What Cadets Should Study – and Why Military History is Not Enough
Note: We’re revisiting some of our most popular material from the past 10 months for our newer readers; this was originally posted June 4, 2014. Enjoy!
By Major Matt Cavanaugh
My last essay – on a representative list of questions West Point does not emphasize – generated some strong feedback. In the spirit of discussion, I feel obligated to address some of these criticisms. For example, via email I received a message with this question:
“Is the reason why war fighting and academic education are stove piped, is because the Army doesn’t want officers to have to ‘think’ during combat operations?”
There are clearly times when officers must respond reflexively and times where they ought to pause and consider the strategic effect of their tactical actions. This is akin to the two systems of thinking Daniel Kahneman describes in his book Thinking, Fast and Slow. Officers should always be thinking – the type of thinking will differ according to the military situation they find themselves in.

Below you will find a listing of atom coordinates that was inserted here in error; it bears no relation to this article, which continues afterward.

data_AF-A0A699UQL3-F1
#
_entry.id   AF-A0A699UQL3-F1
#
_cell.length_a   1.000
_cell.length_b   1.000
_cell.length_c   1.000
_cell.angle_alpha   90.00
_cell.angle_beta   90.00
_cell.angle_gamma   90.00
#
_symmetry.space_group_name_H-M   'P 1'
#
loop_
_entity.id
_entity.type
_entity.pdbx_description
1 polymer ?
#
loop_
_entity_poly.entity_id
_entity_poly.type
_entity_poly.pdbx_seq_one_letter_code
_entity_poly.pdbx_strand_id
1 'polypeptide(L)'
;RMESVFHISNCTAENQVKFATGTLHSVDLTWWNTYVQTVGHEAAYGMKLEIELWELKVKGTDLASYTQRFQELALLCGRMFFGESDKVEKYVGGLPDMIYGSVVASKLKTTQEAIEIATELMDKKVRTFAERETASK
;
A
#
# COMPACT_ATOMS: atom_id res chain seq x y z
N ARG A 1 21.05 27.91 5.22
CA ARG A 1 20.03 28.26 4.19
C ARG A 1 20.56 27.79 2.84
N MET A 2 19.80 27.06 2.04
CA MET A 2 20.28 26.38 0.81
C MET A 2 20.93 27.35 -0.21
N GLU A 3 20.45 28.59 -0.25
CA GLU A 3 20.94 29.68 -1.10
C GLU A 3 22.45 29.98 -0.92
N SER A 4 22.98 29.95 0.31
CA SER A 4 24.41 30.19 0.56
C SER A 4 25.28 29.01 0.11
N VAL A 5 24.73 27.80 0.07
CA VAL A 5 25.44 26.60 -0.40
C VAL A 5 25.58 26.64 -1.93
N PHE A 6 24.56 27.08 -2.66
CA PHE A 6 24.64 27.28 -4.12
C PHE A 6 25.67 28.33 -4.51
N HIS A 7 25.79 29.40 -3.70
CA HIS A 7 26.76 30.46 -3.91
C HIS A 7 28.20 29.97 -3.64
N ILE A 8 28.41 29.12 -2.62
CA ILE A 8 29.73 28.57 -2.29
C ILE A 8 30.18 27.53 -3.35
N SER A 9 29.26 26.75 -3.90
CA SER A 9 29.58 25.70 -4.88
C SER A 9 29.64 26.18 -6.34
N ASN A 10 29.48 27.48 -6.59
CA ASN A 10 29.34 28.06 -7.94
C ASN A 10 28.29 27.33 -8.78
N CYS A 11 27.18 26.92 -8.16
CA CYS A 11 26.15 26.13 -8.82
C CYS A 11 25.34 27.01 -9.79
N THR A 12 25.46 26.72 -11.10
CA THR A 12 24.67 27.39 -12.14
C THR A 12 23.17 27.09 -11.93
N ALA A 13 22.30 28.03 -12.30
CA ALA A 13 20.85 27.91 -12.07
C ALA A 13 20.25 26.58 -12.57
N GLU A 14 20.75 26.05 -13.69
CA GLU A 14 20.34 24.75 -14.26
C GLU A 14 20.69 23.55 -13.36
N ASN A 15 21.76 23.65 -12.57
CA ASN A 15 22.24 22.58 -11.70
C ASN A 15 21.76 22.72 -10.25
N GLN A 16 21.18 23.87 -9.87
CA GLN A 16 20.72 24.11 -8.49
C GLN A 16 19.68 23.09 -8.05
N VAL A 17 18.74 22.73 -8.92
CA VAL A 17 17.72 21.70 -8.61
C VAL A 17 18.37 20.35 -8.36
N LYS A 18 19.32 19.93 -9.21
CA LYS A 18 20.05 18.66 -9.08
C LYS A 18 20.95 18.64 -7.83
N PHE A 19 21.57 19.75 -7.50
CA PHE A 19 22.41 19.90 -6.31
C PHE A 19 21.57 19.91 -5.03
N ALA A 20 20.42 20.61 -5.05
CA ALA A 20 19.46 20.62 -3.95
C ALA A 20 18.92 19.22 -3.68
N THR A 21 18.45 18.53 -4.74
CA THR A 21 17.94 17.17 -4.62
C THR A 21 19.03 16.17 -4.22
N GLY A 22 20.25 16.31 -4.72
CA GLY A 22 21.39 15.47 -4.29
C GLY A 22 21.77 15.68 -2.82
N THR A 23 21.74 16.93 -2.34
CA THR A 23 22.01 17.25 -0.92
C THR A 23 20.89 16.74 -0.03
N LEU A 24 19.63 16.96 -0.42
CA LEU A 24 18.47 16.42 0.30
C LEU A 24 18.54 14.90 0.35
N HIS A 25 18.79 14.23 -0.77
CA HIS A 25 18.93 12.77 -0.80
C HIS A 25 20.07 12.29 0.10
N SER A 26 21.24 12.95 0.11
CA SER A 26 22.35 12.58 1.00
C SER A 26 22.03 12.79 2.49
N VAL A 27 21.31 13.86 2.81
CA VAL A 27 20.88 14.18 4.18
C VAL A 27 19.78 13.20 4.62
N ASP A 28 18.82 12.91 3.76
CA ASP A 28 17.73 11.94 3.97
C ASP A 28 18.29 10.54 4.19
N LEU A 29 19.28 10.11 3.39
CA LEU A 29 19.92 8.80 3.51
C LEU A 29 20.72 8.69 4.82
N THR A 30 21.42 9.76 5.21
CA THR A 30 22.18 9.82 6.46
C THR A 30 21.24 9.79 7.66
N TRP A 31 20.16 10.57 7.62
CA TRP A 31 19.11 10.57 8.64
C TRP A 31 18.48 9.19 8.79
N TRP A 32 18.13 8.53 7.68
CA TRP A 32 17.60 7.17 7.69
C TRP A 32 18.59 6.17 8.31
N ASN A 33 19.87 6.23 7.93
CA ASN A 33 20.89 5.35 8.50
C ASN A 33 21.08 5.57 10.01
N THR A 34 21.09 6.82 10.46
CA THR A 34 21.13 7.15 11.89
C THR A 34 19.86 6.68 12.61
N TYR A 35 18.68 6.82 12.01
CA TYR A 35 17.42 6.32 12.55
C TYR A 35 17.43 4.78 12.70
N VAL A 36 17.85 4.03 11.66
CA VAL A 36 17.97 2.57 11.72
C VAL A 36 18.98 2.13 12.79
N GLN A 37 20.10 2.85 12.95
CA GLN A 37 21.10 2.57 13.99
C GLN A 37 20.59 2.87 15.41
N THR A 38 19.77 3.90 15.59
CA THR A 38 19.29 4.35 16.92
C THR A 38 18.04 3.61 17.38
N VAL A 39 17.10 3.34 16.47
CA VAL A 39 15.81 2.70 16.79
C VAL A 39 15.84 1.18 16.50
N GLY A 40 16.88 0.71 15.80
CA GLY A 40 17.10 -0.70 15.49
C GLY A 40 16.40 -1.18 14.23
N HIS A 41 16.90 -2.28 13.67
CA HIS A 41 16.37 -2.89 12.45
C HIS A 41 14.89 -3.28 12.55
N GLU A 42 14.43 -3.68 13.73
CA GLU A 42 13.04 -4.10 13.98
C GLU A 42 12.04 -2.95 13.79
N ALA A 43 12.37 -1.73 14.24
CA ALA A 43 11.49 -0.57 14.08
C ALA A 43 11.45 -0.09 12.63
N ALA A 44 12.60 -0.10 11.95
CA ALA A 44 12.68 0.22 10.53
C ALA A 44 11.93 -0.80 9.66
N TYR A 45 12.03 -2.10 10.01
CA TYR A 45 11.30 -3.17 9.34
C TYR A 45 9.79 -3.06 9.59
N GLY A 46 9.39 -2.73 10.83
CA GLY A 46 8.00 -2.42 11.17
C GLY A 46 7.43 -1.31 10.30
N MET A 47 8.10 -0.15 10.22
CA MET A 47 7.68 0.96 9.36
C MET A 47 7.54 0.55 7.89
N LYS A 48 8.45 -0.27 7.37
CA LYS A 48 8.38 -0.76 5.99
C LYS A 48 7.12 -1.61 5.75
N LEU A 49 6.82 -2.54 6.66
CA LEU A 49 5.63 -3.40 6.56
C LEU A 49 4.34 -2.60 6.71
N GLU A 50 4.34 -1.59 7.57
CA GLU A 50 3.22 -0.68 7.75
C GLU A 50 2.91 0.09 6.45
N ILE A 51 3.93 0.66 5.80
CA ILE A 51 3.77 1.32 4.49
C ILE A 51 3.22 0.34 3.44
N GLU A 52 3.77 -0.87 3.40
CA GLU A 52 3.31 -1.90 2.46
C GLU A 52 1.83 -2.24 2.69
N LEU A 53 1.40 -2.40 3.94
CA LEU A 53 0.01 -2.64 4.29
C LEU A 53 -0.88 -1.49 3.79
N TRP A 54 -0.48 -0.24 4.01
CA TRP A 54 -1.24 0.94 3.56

The argument I advance is a simple one: West Point does not currently offer any regular study of modern war that is relevant to the needs of soon-to-be junior Army officers. It should. In fact, as I’ll describe at the end of this essay, and as the picture above depicts, this is an old idea that ought to return to cadet education. To develop this idea, what will follow is a list of my responses to the comments (which can be viewed here) from the original essay.Read More